Just days after announcing job cuts citing uncertainty in the global oil industry, Schlumberger Ltd. announced a deal to purchase a minority stake in one of Russia's leading energy companies.
Texas-based Schlumberger, the largest oil drilling services company in the world, has announced the $1.7 billion agreement to acquire more than 45 percent of Eurasia Drilling Company Limited. EDC, Russia's largest onshore drilling services provider with additional efforts in Iraq and the Caspian Sea, would then delist from the London Stock Exchange and become privately owned.
The deal comes amid a months-long slide in the price of crude oil, which analysts have speculated could offer opportunities for mergers and acquisitions by key industry players — a sentiment echoed by Schlumberger's CEO last week. EDC's stock price, in particular, fell by some 60 percent last year amid massive turmoil in Russia.
In addition to problems in Russia caused by plummeting crude prices — and their effect on the value of the ruble — sanctions hit two of the country's largest oil companies and top EDC clients. The West has tightened economic sanctions on Russia following its military involvement in Ukraine, highlighting the potential risks faced by Schlumberger. Crude prices could also eventually catch up to the current production of Russian drills, forcing companies to cut back.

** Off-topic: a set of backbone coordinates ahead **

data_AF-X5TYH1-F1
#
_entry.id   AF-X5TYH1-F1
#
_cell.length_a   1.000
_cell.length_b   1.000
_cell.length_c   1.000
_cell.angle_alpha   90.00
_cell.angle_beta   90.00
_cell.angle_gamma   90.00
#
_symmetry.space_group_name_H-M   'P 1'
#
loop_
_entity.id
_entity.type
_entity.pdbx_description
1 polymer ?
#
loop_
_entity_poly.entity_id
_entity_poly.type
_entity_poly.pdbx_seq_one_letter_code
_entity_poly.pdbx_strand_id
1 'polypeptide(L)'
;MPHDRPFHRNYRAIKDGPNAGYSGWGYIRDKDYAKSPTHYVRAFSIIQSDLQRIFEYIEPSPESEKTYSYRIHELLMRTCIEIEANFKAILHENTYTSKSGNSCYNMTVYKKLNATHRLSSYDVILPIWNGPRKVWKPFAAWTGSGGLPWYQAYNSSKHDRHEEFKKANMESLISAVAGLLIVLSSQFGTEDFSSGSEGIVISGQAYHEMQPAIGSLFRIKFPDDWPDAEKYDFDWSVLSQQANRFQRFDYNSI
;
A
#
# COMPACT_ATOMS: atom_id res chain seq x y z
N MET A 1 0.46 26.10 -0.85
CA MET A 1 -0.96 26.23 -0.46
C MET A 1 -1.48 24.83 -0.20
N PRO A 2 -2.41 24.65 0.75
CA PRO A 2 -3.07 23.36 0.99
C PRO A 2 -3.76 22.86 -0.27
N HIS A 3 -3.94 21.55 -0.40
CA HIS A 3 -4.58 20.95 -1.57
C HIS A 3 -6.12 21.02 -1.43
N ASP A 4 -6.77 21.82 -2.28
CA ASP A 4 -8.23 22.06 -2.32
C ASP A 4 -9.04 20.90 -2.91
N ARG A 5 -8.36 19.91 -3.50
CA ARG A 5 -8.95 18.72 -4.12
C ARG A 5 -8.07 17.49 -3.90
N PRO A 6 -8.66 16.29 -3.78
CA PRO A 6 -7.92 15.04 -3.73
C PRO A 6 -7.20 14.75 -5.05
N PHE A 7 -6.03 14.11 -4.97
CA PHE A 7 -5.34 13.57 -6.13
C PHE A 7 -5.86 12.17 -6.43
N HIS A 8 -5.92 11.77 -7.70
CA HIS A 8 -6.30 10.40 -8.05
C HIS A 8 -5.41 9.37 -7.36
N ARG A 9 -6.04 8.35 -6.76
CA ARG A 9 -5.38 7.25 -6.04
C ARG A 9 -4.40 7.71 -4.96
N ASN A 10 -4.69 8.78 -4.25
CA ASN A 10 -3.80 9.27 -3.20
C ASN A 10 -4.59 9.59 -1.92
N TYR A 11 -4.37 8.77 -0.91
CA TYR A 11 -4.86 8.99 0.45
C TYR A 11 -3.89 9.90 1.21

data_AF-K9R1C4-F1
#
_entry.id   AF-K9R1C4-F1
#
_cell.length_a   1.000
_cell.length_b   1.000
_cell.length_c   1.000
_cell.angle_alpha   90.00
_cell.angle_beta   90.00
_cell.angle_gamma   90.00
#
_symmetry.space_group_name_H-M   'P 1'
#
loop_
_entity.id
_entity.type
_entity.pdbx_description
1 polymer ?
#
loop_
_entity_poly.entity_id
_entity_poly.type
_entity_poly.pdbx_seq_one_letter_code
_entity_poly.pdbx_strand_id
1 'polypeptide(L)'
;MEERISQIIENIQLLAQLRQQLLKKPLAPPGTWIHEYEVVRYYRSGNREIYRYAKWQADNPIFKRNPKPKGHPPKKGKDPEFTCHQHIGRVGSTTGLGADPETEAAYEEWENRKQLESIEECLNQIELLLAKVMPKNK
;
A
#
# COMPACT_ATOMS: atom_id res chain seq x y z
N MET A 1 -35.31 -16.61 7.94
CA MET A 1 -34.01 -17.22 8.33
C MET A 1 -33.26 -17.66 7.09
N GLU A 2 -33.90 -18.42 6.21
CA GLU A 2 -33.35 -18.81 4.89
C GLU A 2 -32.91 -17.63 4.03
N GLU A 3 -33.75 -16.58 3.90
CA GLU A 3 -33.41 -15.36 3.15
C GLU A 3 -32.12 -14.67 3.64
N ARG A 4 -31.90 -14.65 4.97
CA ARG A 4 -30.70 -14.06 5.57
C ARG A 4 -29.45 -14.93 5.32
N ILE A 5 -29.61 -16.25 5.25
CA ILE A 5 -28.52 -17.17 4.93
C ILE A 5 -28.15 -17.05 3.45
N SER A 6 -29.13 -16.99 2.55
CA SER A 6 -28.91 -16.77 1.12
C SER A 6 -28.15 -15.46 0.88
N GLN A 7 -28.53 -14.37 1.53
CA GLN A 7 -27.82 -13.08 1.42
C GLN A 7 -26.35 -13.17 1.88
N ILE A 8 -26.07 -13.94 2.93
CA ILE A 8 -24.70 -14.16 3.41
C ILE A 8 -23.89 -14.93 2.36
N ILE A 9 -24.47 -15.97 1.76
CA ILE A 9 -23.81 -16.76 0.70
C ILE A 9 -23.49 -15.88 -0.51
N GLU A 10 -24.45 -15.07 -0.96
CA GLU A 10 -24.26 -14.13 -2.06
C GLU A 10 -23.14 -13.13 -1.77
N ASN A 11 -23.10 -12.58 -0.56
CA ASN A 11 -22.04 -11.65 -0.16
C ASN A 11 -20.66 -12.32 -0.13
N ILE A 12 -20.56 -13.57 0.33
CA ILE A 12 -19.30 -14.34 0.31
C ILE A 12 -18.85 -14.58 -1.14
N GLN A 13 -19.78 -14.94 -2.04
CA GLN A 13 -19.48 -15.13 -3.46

Analysts, however, largely lauded the deal, which further links companies that have worked together since 2011 and signals Schlumberger's intent to grow in the region. EDC appears to be safe from sanctions in the near term, as its top shareholders aren't considered close to President Vladimir Putin's administration.
Still, the agreement follows the announcement last week that Schlumberger would trim its global workforce by more than 7 percent, cutting 9,000 jobs amid the "uncertain environment."
The company's latest quarterly results, meanwhile, showed record revenue in North America and a slight decrease in revenue from international sources.